RUSH TO JUDGMENT
Radio conservative Rush Limbaugh has entered the celebrity media meat grinder that is powered by a Northstar V-16 engine. On October 11, 2003, he ended his radio show with the bombshell that he is addicted to pain killers and that he is leaving the airwaves for a month to get treatment. The acknowledgment of his personal problem affirmed the National Inquirer story that alleged his former housekeeper provided him with thousands of pills of illegal prescription medications. A man who has made his fortune taking apart the political messages of public figures in turn is about to be taken apart by the national media he has considered his liberal foe.
CNN's Paula Zahn was interviewing an addictionologist after the news broke. Her questions were trying to lead the doctor to make a conclusion that liberal politicians have tried and failed in the past. Zahn asked that if for years Limbaugh had been taking these reported prescription painkillers, strength of synthetic opium, would that cloud his judgment? The doctor answered yes, over time, an addict's entire thought processes are compromised by the focus of getting another dose of the addictive substance. Zahn was laying the foundation for the liberal press opinionates to opine that Limbaugh's conservative mantra was truly clouded, by illicit drugs. They will connect the dots to discredit Limbaugh's message by saying the messenger was cold stoned when he made his illogical pronouncements. With giddy smiles on their lips, they will put the conservative, law abiding, tough on criminals talkshow host on the hypocrisy chopping block.
The Real News is contemplating issuing to the lost seniors their own commentary's special OxyContin and Vicodin pill dispenser:
Painting over America's politically conservative poster child with the wide dirty brush of the inner city label of heroine abuser is wrong. It is apparent that he possibly is drawn into the upper middle class heroine disposal income buyer. More than 9 million Americans are addicted to prescription medications. Drug companies are now major television advertisers pushing their product through the new patient marketing channel. Patients hear about a new drug, and go to their physician and whine about get a prescription of it. The doctor scribbles the prescription and the patient and the drug company are happy. And more and more people are chemically dependent. This is the lasting Boomer legacy: a segment of our society believes that the answer to any problem is contained in the magic of science contained in a little colored pill. If it feels good do it. We are coming into the midst of the Pill Popping Generation.
It is ironic that the opponent of the Soviet ironfist on the Russian people, who used vodka as the depressant to meld the populous into obedient lab rats, is now categorized by the American socialist movement's depressant of choice to control the electorate: unlimited free prescription medicine. In the intellect's battle of mind over matter, it is easy to succumb to the matter (alcohol or drugs) because it is easy, available, and socially acceptable form of self-abuse. When critics make generalizations so headline writers don't have to think too hard, the liberals are for caring drug treatment centers for decriminalized addicts while conservatives are for zero tolerance, hard core jail time for criminal addicts. It is a matter of control. Political control of the source of health care. Self control, or the lack of it, as the demand for powerful stimulants.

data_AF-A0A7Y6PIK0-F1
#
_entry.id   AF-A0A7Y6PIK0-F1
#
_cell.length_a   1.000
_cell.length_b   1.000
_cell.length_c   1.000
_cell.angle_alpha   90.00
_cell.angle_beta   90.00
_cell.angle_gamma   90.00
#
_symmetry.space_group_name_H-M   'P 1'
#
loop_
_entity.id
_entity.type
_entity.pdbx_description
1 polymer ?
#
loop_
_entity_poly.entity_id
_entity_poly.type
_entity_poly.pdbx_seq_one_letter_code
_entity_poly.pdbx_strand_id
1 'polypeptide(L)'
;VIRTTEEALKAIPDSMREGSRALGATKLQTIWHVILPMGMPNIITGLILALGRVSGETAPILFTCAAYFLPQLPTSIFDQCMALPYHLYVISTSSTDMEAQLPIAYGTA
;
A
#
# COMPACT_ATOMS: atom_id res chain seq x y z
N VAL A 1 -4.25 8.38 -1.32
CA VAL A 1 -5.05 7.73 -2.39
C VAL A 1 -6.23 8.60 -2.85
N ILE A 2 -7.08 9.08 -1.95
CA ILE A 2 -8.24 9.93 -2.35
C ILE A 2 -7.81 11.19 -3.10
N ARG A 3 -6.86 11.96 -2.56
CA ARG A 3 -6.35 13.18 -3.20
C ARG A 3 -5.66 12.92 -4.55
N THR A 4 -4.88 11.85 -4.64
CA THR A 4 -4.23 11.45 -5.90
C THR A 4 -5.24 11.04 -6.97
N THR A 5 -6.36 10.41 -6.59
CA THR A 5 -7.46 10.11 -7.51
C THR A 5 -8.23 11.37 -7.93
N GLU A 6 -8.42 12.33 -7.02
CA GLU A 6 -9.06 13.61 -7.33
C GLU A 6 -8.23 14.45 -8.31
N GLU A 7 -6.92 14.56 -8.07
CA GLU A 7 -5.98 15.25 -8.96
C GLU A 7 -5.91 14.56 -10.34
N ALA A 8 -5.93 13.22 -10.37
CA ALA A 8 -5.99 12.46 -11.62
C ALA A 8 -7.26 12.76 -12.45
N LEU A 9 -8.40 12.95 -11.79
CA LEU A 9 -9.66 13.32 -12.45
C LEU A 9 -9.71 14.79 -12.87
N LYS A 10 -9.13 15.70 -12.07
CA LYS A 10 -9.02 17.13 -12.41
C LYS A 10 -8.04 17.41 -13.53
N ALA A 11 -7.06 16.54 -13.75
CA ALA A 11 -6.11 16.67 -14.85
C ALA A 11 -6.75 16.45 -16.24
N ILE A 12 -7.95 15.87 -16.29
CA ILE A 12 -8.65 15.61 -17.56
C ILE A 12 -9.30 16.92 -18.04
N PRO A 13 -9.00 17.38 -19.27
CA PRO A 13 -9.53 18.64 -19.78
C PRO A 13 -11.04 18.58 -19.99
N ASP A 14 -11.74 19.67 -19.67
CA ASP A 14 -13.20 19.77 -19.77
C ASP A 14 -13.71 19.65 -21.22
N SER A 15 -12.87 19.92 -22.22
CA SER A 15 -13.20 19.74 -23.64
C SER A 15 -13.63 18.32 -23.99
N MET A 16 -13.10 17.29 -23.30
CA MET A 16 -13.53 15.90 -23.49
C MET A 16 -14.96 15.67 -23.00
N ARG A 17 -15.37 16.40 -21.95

Neil Boortz, a Libertarian talkshow host, was also on the cable news after the story broke. He is for decriminalizing all drugs and use the war-on-drugs warchest into treatment programs. He tried to distinguish the Rush situation from the common dumpster criminality of dealing illegal drugs. He said that Rush got hooked on the pain killers from his treating physicians after back surgery. They introduced Rush to the drugs. However, that does not condone Rush's actions. Thousands of people each week go through surgery with drugs, and do not turn into pushing their housekeepers into the streets to find more pills when their doctors stop writing prescriptions. We are not a nation of zombies. Yet.
The Rush confession capped off a bad month for the Limbaugh reputation. The ESPN blow-up. (See, Rush and ESPoN.) After the national media started to rip him and label him as a racist, Rush had second thoughts about resigning. But he never had a chance, because the network would not have a pregame show with any ex-football players. On the Sunday after the resignation, the Countdown crew were collectively angry at Rush for playing politics in their sport. However, no one took him to task for any of the previous four weeks of commentaries or opinions. In television, if you are in front of the camera, you are a television personality--- a phony get along with everybody attitude that the producers want to see. Chemistry. If the ESPN staff did not want Limbaugh on their program before he started, then they should have sought work elsewhere. But they did not want to give up their positions or their paychecks. So the anger on the post-Limbaugh set seemed out-of-place considering the fact that the commentary they reacted to was not the media bias argument, but on whether McNabb was overrated. That discussion occurs every weekend in Philadelphia bars and family rooms. But if anyone puts an adjective of race into any discussion, the special interests take it the wrong way and run with it. And in this case, they ran with it until ESPN had to send Limbaugh packing back to his radio show. If they now feel sorry for the guy, the probably put up a little token at the ESPN headquarters in Bristol.
©2003 The Real News